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Report Says Missouri Spends No Money on Anti-Smoking Programs

By Kelley Weiss

Kansas City – A new report shows that Missouri ranks last in the country in funding tobacco prevention programs. Public health organizations say the state needs to budget money to keep kids from picking up the habit and helping others quit. KCUR's Kelley Weiss reports.

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The Campaign for Tobacco Free Kids reports that Missouri - which has one of the highest smoking rates in the country - spends no money on anti-smoking education. The report looked at how much money states around the country spent on tobacco prevention.

Nancy Gonder, spokeswoman for the Missouri Health Department, says the General Assembly has not spent any money on lowering smoking rates but about $1 million dollars in federal funding is used in schools around the state.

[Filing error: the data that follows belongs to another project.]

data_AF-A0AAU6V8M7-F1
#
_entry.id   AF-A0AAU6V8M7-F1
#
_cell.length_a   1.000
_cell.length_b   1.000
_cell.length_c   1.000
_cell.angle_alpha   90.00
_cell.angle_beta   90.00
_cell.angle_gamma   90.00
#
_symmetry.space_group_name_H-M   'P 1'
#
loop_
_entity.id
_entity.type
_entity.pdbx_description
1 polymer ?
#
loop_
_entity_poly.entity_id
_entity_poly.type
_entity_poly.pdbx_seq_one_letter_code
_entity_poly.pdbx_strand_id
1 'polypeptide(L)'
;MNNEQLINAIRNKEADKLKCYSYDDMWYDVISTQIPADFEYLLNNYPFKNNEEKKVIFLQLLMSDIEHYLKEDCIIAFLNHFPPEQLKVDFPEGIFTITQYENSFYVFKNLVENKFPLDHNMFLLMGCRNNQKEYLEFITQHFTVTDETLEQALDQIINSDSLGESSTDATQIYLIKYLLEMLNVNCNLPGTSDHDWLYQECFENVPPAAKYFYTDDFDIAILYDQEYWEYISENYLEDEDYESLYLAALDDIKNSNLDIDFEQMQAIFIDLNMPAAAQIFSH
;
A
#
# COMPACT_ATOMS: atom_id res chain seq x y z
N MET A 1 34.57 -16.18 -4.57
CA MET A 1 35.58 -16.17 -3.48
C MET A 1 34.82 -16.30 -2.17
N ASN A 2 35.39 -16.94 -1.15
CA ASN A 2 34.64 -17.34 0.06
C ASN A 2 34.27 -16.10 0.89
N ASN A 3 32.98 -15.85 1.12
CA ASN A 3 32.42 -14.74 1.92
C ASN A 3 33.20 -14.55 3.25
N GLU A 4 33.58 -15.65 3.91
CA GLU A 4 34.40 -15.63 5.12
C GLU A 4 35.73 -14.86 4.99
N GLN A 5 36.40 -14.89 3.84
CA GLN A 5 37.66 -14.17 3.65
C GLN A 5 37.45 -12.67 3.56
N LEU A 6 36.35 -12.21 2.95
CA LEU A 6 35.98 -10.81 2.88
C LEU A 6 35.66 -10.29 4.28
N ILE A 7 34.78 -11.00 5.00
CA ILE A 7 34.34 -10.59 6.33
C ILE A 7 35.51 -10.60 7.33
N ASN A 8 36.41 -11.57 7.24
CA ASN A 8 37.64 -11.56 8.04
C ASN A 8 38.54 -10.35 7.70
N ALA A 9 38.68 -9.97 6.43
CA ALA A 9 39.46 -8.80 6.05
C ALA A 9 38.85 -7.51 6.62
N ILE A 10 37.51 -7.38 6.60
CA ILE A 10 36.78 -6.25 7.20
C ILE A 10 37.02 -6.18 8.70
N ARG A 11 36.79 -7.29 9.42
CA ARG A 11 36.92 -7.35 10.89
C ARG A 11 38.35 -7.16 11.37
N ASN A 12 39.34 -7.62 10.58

Nancy Gonder: "With limited funding that we have we're trying get grass roots momentum."

Josh Campbell, of the Missouri Lung Association, says the state does not spend any of the millions of dollars in tobacco settlement money to fund anti-smoking programs.

Josh Campbell: "We would like to see a fraction of the $256 million dollars a year that this state receives actually put into prevention and cessation."

Four other states do not fund any tobacco prevention efforts - Michigan, Mississippi, New Hampshire and Tennessee.

Funding for health care coverage on KCUR has been provided by the Health Care Foundation of Greater Kansas City.

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